Students are examined to the same standard as LSE internal students. All examination papers are marked by two examiners who are appointed by the University of London on LSE's recommendation, and are externally examined from outside the University.


 Each course is assessed by an unseen written examination, although for a small number of courses, mainly Information Systems, a project or coursework also counts towards the assessment. Undergraduate degrees are awarded with First Class Honours, Upper Second Class Honours, Lower Second Class Honours or Third Class Honours.



For each course on the International Foundation Programme| you will sit an examination of about two hours. Your results will be given a grade - Pass, Merit or Distinction.

When do examinations take place?

Examinations are held worldwide in May and June each year. Students do not have to enter for examinations| every year if they have not had enough time to allocate to their studies. However, students must ensure that their registration is kept valid by payment of a continuing registration fee each year, regardless of whether they sit for examination or not.

For INTERNATIONAL FOUNDATION PROGRAMME STUDENTS ONLY exams will take place in late April and in certain circumstances, the Board of Examiners may invite students who meet a specific criteria to resit examination(s) in July of the same year. Further details are available in the International Foundation Programme regulations|.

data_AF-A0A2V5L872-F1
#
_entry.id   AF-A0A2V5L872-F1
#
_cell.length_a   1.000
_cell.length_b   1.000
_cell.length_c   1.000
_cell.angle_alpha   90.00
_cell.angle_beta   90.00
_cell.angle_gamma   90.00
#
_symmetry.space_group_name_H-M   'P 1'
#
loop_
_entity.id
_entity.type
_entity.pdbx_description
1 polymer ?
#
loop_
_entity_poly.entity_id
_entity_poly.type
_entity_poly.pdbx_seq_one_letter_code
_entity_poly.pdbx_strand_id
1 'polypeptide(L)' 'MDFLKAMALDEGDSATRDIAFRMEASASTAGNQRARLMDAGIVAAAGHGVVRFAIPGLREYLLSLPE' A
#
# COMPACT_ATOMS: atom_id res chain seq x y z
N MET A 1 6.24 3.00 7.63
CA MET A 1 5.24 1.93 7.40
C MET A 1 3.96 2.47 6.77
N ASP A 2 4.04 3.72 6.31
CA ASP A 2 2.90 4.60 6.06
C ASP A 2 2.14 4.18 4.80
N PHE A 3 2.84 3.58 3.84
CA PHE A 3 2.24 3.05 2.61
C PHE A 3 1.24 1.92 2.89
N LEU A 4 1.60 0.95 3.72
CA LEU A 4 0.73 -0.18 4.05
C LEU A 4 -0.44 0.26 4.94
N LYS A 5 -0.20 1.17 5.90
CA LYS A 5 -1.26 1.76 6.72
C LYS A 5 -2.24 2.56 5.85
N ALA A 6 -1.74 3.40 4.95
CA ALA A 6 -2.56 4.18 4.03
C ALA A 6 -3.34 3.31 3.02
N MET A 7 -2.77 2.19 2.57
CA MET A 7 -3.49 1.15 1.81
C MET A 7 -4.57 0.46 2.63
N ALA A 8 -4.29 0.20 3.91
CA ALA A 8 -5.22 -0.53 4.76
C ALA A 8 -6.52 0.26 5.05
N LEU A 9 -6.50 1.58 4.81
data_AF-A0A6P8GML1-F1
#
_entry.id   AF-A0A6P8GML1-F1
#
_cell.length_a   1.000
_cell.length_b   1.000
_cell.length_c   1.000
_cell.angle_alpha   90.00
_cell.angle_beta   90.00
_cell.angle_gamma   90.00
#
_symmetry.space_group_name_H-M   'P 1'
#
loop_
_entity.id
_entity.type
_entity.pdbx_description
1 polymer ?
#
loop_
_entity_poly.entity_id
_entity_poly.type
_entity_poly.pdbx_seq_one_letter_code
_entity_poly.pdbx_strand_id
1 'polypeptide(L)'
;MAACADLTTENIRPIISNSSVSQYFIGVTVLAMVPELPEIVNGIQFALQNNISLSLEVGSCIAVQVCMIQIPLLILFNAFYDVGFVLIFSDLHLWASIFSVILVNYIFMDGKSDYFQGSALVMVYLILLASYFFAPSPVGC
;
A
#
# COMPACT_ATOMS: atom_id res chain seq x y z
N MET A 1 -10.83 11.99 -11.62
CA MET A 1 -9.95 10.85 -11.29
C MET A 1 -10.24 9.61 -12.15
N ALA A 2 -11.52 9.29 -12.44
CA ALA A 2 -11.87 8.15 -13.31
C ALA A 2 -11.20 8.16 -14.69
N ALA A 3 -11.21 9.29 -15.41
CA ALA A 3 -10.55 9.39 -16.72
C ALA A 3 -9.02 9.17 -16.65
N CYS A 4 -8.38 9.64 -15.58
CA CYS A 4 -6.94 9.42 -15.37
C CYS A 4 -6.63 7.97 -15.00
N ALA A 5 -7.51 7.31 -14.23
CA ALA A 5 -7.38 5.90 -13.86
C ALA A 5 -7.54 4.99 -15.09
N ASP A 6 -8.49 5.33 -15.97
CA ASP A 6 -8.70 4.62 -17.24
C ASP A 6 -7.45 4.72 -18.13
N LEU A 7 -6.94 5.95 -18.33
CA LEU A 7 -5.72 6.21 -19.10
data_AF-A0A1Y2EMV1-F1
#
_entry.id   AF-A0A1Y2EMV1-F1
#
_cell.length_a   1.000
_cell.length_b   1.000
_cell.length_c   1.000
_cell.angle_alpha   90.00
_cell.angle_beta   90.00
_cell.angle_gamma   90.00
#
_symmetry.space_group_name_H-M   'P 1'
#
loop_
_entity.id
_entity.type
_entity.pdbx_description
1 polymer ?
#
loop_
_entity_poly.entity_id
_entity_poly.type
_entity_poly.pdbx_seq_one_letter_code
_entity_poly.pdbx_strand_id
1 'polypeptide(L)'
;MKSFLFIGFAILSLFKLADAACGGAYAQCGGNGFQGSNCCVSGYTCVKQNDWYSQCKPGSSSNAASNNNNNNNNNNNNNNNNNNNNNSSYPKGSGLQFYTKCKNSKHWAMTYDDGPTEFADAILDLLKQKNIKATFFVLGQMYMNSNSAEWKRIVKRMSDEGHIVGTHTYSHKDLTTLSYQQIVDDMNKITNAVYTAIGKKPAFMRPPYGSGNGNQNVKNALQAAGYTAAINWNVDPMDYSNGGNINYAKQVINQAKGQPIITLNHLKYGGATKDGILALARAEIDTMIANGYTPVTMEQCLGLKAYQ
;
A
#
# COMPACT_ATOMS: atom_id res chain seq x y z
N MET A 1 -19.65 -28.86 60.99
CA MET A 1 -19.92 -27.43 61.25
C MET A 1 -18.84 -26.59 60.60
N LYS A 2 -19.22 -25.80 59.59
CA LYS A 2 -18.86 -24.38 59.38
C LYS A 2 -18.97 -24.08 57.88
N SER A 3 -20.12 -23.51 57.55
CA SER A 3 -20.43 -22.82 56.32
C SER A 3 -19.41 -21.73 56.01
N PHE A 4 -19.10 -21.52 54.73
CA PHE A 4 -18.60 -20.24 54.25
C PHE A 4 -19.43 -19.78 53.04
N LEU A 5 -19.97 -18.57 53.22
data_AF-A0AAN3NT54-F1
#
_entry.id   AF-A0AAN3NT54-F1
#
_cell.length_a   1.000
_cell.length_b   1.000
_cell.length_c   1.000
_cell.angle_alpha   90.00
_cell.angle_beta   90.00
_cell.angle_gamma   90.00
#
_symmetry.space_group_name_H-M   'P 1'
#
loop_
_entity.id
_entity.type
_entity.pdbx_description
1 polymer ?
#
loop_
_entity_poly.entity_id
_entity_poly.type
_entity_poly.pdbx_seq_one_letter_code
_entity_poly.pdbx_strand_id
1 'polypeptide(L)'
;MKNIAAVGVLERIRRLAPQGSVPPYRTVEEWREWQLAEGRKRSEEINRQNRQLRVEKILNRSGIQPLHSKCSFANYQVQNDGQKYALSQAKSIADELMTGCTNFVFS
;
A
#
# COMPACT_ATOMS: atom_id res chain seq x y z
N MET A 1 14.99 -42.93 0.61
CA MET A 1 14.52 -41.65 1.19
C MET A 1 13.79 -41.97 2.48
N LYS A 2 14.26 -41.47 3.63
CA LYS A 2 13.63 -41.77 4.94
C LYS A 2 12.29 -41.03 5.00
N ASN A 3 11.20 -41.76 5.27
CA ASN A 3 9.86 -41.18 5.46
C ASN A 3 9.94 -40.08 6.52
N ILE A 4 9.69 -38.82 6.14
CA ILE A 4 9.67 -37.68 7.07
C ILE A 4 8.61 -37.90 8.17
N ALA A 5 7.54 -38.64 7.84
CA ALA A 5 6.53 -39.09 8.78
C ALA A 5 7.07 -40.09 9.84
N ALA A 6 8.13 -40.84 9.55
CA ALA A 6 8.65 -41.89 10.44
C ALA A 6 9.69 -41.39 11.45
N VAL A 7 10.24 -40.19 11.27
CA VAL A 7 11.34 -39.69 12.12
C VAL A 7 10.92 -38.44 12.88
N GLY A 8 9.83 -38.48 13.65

Where can I sit for examinations?

Examinations can be sat at a number of centres in the United Kingdom and in most countries throughout the world. A full list of examination centres in the UK and overseas can be found on the University of London website, here|.

Accreditation of prior learning (APL)

Accreditation of prior learning (APL) means that you are not required to take a particular course, or courses, as part of your degree because, in the University's opinion, you have already covered a similar syllabus as part of a previous qualification.  

More information can be found on the University of London website, here|.


Vidhi R Lalchand